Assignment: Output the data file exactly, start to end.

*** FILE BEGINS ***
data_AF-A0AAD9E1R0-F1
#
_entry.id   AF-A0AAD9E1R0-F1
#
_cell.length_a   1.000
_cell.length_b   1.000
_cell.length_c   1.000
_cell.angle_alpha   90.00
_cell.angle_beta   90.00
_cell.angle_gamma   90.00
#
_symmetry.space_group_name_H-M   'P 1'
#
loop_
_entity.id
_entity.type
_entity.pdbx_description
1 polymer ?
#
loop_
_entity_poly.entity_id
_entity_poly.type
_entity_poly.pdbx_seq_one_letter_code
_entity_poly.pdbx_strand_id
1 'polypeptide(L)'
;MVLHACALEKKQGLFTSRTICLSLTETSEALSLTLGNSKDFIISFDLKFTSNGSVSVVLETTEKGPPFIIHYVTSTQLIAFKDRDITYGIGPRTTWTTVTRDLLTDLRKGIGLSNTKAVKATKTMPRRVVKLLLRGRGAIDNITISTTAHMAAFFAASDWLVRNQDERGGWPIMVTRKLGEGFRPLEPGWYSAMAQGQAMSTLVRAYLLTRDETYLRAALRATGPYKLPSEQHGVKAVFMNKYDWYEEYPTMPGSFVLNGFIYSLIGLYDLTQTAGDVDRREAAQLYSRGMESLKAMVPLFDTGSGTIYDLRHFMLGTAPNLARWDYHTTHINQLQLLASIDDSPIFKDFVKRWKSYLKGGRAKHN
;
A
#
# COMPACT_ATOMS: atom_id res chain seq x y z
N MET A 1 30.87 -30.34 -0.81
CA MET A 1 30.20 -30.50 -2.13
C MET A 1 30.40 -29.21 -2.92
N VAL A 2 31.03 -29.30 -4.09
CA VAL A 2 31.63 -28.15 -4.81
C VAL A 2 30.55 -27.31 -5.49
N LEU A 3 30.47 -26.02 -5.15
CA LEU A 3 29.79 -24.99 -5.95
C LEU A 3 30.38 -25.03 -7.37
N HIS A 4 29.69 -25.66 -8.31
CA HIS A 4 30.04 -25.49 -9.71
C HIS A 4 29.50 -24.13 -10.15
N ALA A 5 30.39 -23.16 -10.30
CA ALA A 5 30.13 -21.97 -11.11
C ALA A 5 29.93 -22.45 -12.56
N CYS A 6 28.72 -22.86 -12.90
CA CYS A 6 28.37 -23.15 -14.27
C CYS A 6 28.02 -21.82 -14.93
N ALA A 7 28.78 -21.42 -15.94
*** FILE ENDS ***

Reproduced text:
data_AF-A0AAD9E1R0-F1
#
_entry.id   AF-A0AAD9E1R0-F1
#
_cell.length_a   1.000
_cell.length_b   1.000
_cell.length_c   1.000
_cell.angle_alpha   90.00
_cell.angle_beta   90.00
_cell.angle_gamma   90.00
#
_symmetry.space_group_name_H-M   'P 1'
#
loop_
_entity.id
_entity.type
_entity.pdbx_description
1 polymer ?
#
loop_
_entity_poly.entity_id
_entity_poly.type
_entity_poly.pdbx_seq_one_letter_code
_entity_poly.pdbx_strand_id
1 'polypeptide(L)'
;MVLHACALEKKQGLFTSRTICLSLTETSEALSLTLGNSKDFIISFDLKFTSNGSVSVVLETTEKGPPFIIHYVTSTQLIAFKDRDITYGIGPRTTWTTVTRDLLTDLRKGIGLSNTKAVKATKTMPRRVVKLLLRGRGAIDNITISTTAHMAAFFAASDWLVRNQDERGGWPIMVTRKLGEGFRPLEPGWYSAMAQGQAMSTLVRAYLLTRDETYLRAALRATGPYKLPSEQHGVKAVFMNKYDWYEEYPTMPGSFVLNGFIYSLIGLYDLTQTAGDVDRREAAQLYSRGMESLKAMVPLFDTGSGTIYDLRHFMLGTAPNLARWDYHTTHINQLQLLASIDDSPIFKDFVKRWKSYLKGGRAKHN
;
A
#
# COMPACT_ATOMS: atom_id res chain seq x y z
N MET A 1 30.87 -30.34 -0.81
CA MET A 1 30.20 -30.50 -2.13
C MET A 1 30.40 -29.21 -2.92
N VAL A 2 31.03 -29.30 -4.09
CA VAL A 2 31.63 -28.15 -4.81
C VAL A 2 30.55 -27.31 -5.49
N LEU A 3 30.47 -26.02 -5.15
CA LEU A 3 29.79 -24.99 -5.95
C LEU A 3 30.38 -25.03 -7.37
N HIS A 4 29.69 -25.66 -8.31
CA HIS A 4 30.04 -25.49 -9.71
C HIS A 4 29.50 -24.13 -10.15
N ALA A 5 30.39 -23.16 -10.30
CA ALA A 5 30.13 -21.97 -11.11
C ALA A 5 29.93 -22.45 -12.56
N CYS A 6 28.72 -22.86 -12.90
CA CYS A 6 28.37 -23.15 -14.27
C CYS A 6 28.02 -21.82 -14.93
N ALA A 7 28.78 -21.42 -15.94